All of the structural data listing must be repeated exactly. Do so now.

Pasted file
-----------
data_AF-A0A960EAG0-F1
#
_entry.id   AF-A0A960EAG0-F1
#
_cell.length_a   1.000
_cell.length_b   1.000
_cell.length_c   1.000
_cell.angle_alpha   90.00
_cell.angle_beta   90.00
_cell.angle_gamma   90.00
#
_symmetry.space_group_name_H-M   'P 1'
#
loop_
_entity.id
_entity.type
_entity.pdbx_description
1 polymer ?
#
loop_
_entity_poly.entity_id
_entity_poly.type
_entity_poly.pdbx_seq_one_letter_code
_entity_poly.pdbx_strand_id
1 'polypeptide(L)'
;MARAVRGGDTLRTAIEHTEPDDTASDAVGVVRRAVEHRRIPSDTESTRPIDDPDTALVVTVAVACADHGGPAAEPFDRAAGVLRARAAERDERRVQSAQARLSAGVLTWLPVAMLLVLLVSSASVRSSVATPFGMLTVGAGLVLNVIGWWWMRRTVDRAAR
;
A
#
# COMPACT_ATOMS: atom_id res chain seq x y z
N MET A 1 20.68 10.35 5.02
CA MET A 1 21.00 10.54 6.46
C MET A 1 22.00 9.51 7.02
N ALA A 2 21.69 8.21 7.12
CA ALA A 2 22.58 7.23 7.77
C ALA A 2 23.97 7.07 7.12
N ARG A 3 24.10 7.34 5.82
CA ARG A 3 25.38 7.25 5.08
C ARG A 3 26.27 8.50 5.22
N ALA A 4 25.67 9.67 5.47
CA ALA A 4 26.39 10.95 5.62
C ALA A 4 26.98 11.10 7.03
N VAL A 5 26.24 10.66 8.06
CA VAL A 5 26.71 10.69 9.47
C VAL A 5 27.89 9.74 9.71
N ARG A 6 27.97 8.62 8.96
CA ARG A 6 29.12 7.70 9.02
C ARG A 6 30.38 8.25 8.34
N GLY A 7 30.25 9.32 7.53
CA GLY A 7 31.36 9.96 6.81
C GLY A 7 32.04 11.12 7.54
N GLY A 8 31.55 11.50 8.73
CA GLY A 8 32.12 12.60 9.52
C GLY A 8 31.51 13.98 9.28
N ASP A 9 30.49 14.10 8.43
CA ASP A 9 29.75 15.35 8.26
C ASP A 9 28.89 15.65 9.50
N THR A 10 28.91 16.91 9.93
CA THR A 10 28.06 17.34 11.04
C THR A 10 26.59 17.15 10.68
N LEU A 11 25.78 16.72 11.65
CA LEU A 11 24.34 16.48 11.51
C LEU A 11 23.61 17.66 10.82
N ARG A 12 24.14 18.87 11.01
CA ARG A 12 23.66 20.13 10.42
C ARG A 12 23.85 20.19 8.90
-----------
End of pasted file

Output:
data_AF-A0A960EAG0-F1
#
_entry.id   AF-A0A960EAG0-F1
#
_cell.length_a   1.000
_cell.length_b   1.000
_cell.length_c   1.000
_cell.angle_alpha   90.00
_cell.angle_beta   90.00
_cell.angle_gamma   90.00
#
_symmetry.space_group_name_H-M   'P 1'
#
loop_
_entity.id
_entity.type
_entity.pdbx_description
1 polymer ?
#
loop_
_entity_poly.entity_id
_entity_poly.type
_entity_poly.pdbx_seq_one_letter_code
_entity_poly.pdbx_strand_id
1 'polypeptide(L)'
;MARAVRGGDTLRTAIEHTEPDDTASDAVGVVRRAVEHRRIPSDTESTRPIDDPDTALVVTVAVACADHGGPAAEPFDRAAGVLRARAAERDERRVQSAQARLSAGVLTWLPVAMLLVLLVSSASVRSSVATPFGMLTVGAGLVLNVIGWWWMRRTVDRAAR
;
A
#
# COMPACT_ATOMS: atom_id res chain seq x y z
N MET A 1 20.68 10.35 5.02
CA MET A 1 21.00 10.54 6.46
C MET A 1 22.00 9.51 7.02
N ALA A 2 21.69 8.21 7.12
CA ALA A 2 22.58 7.23 7.77
C ALA A 2 23.97 7.07 7.12
N ARG A 3 24.10 7.34 5.82
CA ARG A 3 25.38 7.25 5.08
C ARG A 3 26.27 8.50 5.22
N ALA A 4 25.67 9.67 5.47
CA ALA A 4 26.39 10.95 5.62
C ALA A 4 26.98 11.10 7.03
N VAL A 5 26.24 10.66 8.06
CA VAL A 5 26.71 10.69 9.47
C VAL A 5 27.89 9.74 9.71
N ARG A 6 27.97 8.62 8.96
CA ARG A 6 29.12 7.70 9.02
C ARG A 6 30.38 8.25 8.34
N GLY A 7 30.25 9.32 7.53
CA GLY A 7 31.36 9.96 6.81
C GLY A 7 32.04 11.12 7.54
N GLY A 8 31.55 11.50 8.73
CA GLY A 8 32.12 12.60 9.52
C GLY A 8 31.51 13.98 9.28
N ASP A 9 30.49 14.10 8.43
CA ASP A 9 29.75 15.35 8.26
C ASP A 9 28.89 15.65 9.50
N THR A 10 28.91 16.91 9.93
CA THR A 10 28.06 17.34 11.04
C THR A 10 26.59 17.15 10.68
N LEU A 11 25.78 16.72 11.65
CA LEU A 11 24.34 16.48 11.51
C LEU A 11 23.61 17.66 10.82
N ARG A 12 24.14 18.87 11.01
CA ARG A 12 23.66 20.13 10.42
C ARG A 12 23.85 20.19 8.90